I was thinking about joining a judo club near my house, but I was wondering what kind of injuries I have to expect by practising this martial art (I'm especially worried about my nose, my nasal septum is already deviated because when I was a kid I fell off a bike, and I don't want to make it worse).

  • 3
    After a year of judo, the thought of breaking my nose hasn't crossed my mind at all. I'd be more worried about fingers, toes, knees, and shoulders.
    – deadghost
    Mar 25, 2014 at 2:23
  • If you get your nose broken, you can get the septum repaired. Win/win.
    – JohnP
    Jun 20, 2019 at 20:00

1 Answer 1


This article summarizes it quite nicely with statistics for all injuries in Judo:


According to that research, there is a 7 in 1000 chance for boys and a 3 in 1000 chance for girls, based on historical statistics, of having a serious injury to the nose.

Caveat being that this is for young Judo competitors 17 years old or younger while they are actually competing at the national level. I would expect injury rates here to be much greater than that of a typical Judo school's injury rate. As such, consider this to be a maximum.

One interesting thing that pops out in that research and in others like it is that the injury rate in grappling arts like Judo is often much less than that of percussion arts like Taekwondo or Karate.

My own experience with Judo was quite positive. In the 2 years I trained in it, I didn't see a lot of injuries. I personally had nothing major during that time. Maybe the occasional headache from not being ready for a breakfall. Oh, and I recall stubbing my toe on the mats many times. It's not uncommon to hurt your toes that way. Fingers also can take some damage, because you're putting all your force into your grip. And backs can get messed up, usually because you're lifting wrong. That's why Judo has you repeat your throws thousands of times in practice before you start using them in randori (sparring).

Noses? Generally you're going to be thrown onto your back, not your front. Almost no throws land you on your face, but it is possible if it happens by accident. And it's possible your opponent's knee, elbow, shoulder, or head butts into your nose at various times during your training. That should be rare, and only by accident. And there are no strikes to worry about, so that's good.

There are some head protectors that have built-in nose protection. But I've never seen anyone in Judo wearing them. Still, I doubt any Judo teacher would tell you not to wear one if you wanted. If you do get one, try the ones that have a cage enclosure around the front of the face instead of the ones that have padding. Something like this:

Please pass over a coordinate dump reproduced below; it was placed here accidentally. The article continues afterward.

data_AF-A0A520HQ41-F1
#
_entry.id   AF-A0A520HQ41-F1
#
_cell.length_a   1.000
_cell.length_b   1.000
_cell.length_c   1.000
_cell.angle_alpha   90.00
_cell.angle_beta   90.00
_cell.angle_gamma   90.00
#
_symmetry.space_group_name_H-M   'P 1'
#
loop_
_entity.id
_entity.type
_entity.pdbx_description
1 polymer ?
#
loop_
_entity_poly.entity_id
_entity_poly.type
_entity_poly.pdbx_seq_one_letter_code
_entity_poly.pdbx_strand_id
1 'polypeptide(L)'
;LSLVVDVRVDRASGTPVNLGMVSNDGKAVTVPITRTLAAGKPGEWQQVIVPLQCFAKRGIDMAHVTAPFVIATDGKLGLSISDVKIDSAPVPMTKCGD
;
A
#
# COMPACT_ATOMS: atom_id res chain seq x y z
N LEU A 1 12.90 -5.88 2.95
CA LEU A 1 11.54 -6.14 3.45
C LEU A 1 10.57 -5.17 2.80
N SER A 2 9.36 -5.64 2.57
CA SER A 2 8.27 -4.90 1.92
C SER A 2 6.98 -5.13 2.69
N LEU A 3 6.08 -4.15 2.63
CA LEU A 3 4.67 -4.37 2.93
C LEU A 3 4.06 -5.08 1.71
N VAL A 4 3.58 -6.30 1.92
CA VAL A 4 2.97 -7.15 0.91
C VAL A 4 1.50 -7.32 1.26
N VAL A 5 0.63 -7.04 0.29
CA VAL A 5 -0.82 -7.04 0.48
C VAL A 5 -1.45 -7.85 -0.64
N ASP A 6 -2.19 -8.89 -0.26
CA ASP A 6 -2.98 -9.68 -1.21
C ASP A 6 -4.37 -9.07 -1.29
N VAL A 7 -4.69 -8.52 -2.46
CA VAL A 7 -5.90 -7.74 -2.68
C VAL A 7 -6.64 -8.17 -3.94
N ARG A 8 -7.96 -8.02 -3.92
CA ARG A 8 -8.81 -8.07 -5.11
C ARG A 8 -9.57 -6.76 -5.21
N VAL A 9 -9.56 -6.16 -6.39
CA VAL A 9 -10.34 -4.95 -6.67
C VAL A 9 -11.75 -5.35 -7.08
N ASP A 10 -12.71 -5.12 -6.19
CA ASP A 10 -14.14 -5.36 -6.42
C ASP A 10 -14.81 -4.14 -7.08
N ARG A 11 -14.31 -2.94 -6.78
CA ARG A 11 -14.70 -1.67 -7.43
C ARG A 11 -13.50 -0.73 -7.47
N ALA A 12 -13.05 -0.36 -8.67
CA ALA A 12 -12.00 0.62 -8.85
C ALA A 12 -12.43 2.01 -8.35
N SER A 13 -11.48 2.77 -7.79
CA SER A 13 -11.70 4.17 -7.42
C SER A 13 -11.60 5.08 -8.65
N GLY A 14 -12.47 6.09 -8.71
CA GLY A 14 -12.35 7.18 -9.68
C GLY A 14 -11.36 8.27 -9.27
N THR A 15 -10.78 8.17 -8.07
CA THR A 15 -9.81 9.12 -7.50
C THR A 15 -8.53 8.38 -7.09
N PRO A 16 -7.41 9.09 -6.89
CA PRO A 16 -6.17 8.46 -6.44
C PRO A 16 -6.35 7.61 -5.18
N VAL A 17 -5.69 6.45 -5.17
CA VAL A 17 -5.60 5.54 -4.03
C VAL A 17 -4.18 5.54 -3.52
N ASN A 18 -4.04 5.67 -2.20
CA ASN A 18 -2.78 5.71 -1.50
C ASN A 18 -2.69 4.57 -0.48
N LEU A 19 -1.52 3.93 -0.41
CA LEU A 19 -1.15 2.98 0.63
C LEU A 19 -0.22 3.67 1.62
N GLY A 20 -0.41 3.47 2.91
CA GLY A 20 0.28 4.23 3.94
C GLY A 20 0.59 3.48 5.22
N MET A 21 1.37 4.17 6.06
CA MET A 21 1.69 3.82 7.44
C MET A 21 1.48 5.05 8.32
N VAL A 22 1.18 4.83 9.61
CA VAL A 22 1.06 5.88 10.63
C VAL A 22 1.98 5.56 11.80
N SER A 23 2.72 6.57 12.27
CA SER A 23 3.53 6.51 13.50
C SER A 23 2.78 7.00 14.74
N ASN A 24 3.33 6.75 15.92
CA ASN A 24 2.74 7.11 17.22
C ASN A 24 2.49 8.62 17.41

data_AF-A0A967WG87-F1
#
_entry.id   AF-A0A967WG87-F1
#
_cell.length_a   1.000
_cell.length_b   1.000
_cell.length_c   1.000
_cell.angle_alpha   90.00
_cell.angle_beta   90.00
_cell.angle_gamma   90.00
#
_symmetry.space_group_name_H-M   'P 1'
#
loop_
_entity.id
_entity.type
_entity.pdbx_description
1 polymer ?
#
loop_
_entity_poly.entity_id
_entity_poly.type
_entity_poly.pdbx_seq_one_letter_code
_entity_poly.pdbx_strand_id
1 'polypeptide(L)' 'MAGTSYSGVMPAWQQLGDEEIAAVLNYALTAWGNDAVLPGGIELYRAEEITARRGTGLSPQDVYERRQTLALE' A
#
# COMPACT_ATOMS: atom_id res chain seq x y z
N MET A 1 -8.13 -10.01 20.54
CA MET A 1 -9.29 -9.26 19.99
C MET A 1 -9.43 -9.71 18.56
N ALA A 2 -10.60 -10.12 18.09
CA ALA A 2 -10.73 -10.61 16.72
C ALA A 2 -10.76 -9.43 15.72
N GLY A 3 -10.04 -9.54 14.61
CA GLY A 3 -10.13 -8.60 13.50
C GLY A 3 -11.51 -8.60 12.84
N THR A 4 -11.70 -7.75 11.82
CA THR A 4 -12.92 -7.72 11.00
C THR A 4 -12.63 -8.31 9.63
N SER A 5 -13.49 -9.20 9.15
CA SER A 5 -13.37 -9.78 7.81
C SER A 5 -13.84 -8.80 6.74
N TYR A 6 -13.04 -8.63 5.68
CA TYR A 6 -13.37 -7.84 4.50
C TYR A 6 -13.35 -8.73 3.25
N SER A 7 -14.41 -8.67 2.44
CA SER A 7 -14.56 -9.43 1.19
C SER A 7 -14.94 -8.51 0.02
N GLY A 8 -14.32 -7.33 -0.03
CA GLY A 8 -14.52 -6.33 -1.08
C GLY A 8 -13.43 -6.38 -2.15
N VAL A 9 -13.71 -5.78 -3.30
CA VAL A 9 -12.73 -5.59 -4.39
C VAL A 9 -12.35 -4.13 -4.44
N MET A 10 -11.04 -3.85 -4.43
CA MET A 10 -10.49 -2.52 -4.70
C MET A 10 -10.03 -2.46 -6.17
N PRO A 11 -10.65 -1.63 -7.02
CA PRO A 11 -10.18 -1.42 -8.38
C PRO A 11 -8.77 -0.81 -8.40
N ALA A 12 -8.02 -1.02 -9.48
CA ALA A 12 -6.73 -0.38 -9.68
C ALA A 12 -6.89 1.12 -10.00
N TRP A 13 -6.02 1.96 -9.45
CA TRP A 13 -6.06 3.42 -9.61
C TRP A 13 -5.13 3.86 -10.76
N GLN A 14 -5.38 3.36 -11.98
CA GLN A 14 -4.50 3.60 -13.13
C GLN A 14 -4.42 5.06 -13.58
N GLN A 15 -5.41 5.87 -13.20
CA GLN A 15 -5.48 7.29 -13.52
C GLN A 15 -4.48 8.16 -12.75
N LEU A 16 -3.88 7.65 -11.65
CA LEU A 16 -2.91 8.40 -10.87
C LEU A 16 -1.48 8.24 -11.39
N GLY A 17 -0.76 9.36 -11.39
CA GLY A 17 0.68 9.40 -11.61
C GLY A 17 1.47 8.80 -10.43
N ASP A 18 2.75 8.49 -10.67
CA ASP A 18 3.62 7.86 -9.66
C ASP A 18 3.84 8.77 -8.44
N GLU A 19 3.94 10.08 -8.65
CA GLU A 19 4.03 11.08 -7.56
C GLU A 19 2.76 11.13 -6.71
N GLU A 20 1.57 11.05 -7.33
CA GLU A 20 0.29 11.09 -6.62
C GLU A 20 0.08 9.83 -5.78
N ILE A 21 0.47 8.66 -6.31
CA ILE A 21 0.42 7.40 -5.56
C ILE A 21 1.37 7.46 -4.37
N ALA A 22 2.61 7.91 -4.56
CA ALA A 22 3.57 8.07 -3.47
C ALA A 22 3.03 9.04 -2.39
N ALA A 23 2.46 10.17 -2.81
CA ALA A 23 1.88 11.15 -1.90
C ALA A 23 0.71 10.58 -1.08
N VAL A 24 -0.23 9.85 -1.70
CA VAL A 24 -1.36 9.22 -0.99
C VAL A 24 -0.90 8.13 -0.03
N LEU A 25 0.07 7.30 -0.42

Good luck!

  • 2
    Actually, I would figure injury rates to be higher at a local school than competitors at the national level, just vastly more under-reported. You'll get a lot more people with some training and very little control than you would a tournament where all the competitors are national level and have developed control.
    – JohnP
    Mar 24, 2014 at 20:48
  • Yes, perhaps. But I based my opinion on intensity. National level competition would mean higher intensity, faster speed, more force, and stronger competitive drive. All of those combine to increase risk greatly. In my Judo school, like I said, you had to repeat your newly learned throws for at least a thousand times before being allowed to do it in randori. And randori wasn't even allowed until about 6th kyu (orange/green belt) anyway. It gives people the control they need to be able to do it safely. It seemed to work well for our school anyway. Mar 24, 2014 at 21:07
  • Oh, I agree, but how many times did you or someone in your school have an injury or mishap that may have interrupted training for a few days that was never reported? Even controlled, in class sparring has its risks, and even more severe injuries in a school setting are never really reported anywhere. I don't think it's a huge difference, probably in the order of 3-4 more per 1000, so 10-12ish per 1000 for in school incidents.
    – JohnP
    Mar 24, 2014 at 21:35
  • 2
    There's not to add much to this answer. Most injuries result from falling wrong, as likely as walking on slippery ground. On the other hand I often felt less hard rolling off when I felt from a horse or bicycle. Not unlikely judo saved me from being a basket case ...
    – user1778
    Mar 25, 2014 at 7:07
  • 1
    You dont hurt yourself in judo by "falling wrong" as when you walk on the slippery ground. When you hurt yourself in judo is when you try to bloc/counter someone who is applying a force to one direction, with something you shouldnt. (Try to bloc harai goshi by "locking" your knees when someone sweeps your leg, put your arm behind you when you are on the ground to prevent you rolling on your back while someone is pushing you, etc). This is why you normally dont see much injury in high level training, when someone "gets" you, your roll over with him. These big injuries happens in competitions. Jul 2, 2014 at 15:27

Your Answer

By clicking “Post Your Answer”, you agree to our terms of service and acknowledge you have read our privacy policy.

Not the answer you're looking for? Browse other questions tagged or ask your own question.